The creels will be done on thursday along with the hauler and hopefully my dive. When we fish for the prawns I store the boxes hanging over the side of the boat and in the past a couple have come free. I have circumvented this,or so I thought, by putting up to four boxes in a cage tying this up and hanging them all together. This worked fine until last week-end when a combination of a strong north westerly and a weak rope meant prawns ended up on the seabed. Found most of them yesterday but ran out of air and getting a fill of Bob so will be back in the water for thursday.. It was a bit of a sight me leaving the Inn yesterday zipped up by Mark in my dry suit to go off for my dive. A few wise cracks followed me out the door.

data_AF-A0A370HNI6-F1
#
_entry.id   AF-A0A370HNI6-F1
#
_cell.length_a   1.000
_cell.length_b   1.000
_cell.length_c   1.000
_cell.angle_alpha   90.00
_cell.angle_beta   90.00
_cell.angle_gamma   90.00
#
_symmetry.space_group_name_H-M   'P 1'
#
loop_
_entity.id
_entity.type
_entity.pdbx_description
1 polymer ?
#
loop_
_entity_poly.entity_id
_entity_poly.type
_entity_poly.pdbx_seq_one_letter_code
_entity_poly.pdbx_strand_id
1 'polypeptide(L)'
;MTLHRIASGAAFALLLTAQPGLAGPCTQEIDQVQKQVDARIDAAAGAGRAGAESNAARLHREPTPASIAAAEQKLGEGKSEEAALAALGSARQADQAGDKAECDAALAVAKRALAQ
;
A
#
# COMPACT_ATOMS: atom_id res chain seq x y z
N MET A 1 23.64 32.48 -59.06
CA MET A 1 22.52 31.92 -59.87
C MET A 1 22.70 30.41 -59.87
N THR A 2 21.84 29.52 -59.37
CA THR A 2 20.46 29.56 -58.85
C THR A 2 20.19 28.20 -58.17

Off to Inverness tomorrow to another Fisheries management meeting. These meetings have been the result of a government initiative to bring a bit of structure to the inshore fishing grounds around Scotland. They have been progressing slowly but have hit a wall recently as the local coordinators have just been told they are not getting their contracts renewed. Very disjointed politics. I am not really surprised as I have dealt with the civil service so many times in the past and have not been impressed. The long view is not part of the equation when politicians get involved. At least the creelmen are at the table. Before the mobile sector could say whatever they wanted and up till now it has not been challenged. A bit different now and if what they have been saying was correct where are the fish. Trawling inshore waters does not work longterm. I have read Calum Robert’s book The Unnatural History of the Sea. Although it has a positive message at the end saying we have the potential to sort it out it tells of the mess we have made of the oceans. Meeting up with Andrea Nightingale on friday from the Geography Department of Edinburgh University. She has been around several times and is very interested in the community side of coastal communities. She is coming with Ruth Brennan who works at SAMS at Dunstaffnage near Oban and is also working with coastal communities, local knowledge of sea conditions etc. Very fortunate to meet with these guys who give you a different perspective and give you a fresh impetus on how you go about things.